Can I proactively attend wet-reckless or DUI classes?

Asked over 1 year ago - San Diego, CA

My court hearing date is more than one month away. There is a good chance my DUI charges will be reduced to wet-reckless since it's my first offence, I passed all field sobriety tests and my BAC was 0.09%. Can I pro-actively attend wet-reckless classes before my court date? How long is the class and what exactly is it called? Does wet-reckless also get community service? How many hours are required?

Attorney answers (9)

  1. William Peter Daley

    Contributor Level 17

    14

    Lawyers agree

    Answered . Yes you can go ahead and start the classes. The program is called the first conviction program. It is typically 12 hours of classes over a three-month timeframe. If you do end up with a wet reckless there should not be any community service.

    http://www.lawofficeofwilliamdaley.com/Criminal...

    Call 619-238-1905 or visit www.lawofficeofwilliamdaley.com for a FREE no cost phone consultation on any San Diego... more
  2. Sholeh Iravantchi

    Contributor Level 15

    12

    Lawyers agree

    Answered . You may start your classes, however you should make sure that they are approved classes by your court. Generally is 3 month program providing this your first DUI.

  3. Anthony Michael Solis

    Pro

    Contributor Level 20

    12

    Lawyers agree

    Answered . You can do it but I would hire counsel first. Hopefully you have reserved the DMV hearing. Often, DUI classes are reluctant to enroll you without a sentence sheet because if you enroll in the AB1176 (wet reckless) class and later plead to a DUI, you'll need a 3-month AB 541 program and that means you'll likely have to start over. Besides a .09 is a lower result, but still well over the legal limit. Just because you have no criminal history doesn't mean that you'll get a wet. Get an attorney ASAP to discuss your case in detail.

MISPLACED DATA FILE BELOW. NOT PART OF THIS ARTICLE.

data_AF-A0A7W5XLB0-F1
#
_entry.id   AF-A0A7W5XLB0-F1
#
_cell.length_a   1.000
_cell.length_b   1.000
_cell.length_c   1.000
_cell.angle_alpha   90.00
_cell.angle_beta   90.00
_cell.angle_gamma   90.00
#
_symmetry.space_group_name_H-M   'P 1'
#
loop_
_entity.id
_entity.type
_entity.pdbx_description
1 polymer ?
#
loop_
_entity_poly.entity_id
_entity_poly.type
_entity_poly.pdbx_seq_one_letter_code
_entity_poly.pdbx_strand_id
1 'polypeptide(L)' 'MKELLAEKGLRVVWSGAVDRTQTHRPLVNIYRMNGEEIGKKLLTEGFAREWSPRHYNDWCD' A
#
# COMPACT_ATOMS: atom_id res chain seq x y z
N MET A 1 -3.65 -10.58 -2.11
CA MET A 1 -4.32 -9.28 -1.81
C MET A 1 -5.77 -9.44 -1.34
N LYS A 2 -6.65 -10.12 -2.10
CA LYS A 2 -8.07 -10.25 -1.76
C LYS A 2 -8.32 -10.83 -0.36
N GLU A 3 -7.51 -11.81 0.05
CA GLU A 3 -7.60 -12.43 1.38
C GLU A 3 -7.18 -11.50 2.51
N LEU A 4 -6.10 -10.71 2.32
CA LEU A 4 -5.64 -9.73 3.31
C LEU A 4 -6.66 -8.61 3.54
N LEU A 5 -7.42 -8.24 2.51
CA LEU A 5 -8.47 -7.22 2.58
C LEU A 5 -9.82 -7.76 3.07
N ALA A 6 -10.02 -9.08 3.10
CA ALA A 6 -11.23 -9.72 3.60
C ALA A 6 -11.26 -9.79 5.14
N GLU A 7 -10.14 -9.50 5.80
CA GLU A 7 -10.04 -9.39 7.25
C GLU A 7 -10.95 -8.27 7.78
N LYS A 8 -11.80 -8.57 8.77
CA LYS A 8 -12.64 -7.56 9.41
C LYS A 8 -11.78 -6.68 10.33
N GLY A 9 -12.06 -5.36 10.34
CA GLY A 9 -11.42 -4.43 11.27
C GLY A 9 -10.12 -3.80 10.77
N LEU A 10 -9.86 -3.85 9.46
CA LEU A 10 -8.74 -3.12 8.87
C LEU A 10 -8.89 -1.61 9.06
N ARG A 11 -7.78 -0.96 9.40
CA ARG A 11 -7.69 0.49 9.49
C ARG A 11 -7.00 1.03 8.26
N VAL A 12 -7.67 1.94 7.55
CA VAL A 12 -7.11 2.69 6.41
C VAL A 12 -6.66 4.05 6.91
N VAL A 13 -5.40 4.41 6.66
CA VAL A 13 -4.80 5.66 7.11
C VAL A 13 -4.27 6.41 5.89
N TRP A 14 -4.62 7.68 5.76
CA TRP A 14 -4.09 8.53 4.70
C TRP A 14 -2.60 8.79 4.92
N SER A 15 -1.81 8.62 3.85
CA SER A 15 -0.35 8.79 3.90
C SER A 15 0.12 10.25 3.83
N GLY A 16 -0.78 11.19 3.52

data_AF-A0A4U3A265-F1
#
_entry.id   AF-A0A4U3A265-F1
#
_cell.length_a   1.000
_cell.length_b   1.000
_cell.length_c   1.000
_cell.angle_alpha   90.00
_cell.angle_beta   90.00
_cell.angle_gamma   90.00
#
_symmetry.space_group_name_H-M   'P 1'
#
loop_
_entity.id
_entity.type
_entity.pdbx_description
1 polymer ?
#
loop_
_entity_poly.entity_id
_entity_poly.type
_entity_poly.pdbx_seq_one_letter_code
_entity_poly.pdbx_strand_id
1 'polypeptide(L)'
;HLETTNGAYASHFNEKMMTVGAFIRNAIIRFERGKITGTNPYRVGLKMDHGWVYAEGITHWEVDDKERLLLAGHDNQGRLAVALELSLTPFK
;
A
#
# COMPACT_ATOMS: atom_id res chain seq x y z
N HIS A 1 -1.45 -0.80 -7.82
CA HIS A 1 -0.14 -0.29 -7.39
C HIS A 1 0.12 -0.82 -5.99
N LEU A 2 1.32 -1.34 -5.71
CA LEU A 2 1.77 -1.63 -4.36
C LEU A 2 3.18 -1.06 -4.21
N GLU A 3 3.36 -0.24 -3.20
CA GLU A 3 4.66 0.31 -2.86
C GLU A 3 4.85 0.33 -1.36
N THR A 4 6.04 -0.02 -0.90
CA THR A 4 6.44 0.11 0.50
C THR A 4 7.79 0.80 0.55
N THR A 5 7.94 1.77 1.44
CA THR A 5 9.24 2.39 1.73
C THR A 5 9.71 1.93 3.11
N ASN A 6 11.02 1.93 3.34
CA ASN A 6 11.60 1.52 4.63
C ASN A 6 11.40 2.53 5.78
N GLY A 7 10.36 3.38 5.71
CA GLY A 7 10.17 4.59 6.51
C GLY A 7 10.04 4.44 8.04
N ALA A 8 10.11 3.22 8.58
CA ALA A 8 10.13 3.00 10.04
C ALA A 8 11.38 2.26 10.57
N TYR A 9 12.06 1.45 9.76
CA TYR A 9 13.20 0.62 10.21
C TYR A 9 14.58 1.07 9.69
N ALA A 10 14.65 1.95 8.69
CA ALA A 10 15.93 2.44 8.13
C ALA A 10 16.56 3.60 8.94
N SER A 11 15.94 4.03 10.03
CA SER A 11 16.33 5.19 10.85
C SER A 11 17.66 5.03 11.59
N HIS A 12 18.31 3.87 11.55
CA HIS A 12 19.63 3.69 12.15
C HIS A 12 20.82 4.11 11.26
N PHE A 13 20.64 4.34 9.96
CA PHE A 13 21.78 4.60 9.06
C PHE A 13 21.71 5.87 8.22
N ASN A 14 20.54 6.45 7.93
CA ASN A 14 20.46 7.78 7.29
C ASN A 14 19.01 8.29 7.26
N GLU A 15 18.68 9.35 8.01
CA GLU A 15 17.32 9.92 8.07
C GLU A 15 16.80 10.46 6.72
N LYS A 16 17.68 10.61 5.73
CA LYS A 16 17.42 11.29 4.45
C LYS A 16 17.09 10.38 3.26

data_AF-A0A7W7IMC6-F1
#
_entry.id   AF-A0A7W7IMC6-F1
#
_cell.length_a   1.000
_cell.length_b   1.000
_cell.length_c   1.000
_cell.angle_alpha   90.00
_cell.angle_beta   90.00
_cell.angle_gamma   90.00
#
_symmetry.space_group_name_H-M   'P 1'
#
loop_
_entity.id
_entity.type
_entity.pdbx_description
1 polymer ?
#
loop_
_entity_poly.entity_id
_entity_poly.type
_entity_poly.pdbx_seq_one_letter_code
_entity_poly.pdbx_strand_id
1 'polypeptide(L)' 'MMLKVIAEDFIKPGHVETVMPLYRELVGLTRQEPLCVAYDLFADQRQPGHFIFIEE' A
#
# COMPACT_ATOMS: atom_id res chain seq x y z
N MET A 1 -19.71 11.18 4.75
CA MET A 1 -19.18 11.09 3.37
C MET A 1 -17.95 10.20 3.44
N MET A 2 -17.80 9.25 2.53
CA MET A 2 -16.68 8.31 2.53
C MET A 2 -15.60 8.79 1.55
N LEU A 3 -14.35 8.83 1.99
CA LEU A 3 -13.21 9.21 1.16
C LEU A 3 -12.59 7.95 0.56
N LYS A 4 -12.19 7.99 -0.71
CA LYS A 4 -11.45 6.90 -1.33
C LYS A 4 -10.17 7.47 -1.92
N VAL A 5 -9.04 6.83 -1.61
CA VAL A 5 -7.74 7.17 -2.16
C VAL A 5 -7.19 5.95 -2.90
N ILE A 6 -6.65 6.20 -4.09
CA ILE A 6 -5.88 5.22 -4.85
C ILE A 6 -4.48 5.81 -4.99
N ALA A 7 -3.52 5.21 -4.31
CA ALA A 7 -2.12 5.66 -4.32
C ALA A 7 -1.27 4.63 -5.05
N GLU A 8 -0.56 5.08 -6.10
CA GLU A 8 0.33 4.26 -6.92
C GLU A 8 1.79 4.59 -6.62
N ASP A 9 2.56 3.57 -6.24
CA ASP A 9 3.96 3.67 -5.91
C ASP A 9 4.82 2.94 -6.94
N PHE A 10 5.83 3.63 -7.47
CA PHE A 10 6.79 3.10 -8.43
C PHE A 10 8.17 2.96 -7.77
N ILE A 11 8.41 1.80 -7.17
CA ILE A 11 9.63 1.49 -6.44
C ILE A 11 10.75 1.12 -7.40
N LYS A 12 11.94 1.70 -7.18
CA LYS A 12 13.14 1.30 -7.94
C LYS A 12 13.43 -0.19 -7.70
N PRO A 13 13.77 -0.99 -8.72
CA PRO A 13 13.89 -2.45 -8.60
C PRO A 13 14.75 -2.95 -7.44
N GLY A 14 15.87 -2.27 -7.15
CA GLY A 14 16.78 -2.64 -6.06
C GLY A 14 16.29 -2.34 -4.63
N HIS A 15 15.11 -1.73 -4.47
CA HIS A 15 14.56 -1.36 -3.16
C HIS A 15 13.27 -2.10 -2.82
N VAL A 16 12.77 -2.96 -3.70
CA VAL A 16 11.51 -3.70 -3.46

No legal advice is given here. My responses to questions on Avvo are never intended as legal advice and must NOT... more
  4. Michael R Crosner

    Contributor Level 20

    11

    Lawyers agree

    Answered . Consult a local criminal law attorney ASAP - many will provide a free initial consultation. Always best to go to court represented by knowledgeable legal counsel.

    This is not intended to be legal advise or as legal representation. I am a California personal injury attorney .... more
  5. Dan Eugene Chambers

    Contributor Level 20

    11

    Lawyers agree

    Answered . I agree with the advise of my colleagues. But you may want to speak with any attorney first to see what defenses you have and how your case may shape up. That way, you don't duplicate efforts if it turns out a different class will be required.

  6. Mark Lawrence Deniz

    Pro

    Contributor Level 15

    10

    Lawyers agree

    Answered . As a former prosecutor I saw several persons begin a certain DUI class that actually was the wrong one for their situation.
    I would consult with an attorney who gives free case evaluation and see what they recommend regarding the class. If you are comfortable with them you should consider retaining them (if at all possible).
    Good luck.

    Law Offices of Mark Deniz-Free case evaluations given
    1010 2nd Avenue, Suite 2307, San Diego, California 92101 (858) 751-4384
    Free Case Evaluation- Serving all San Diego County. www.denizdefense.com

    This reply should NOT be considered a legal opinion of your case / inquiry. At this time I do not have sufficient... more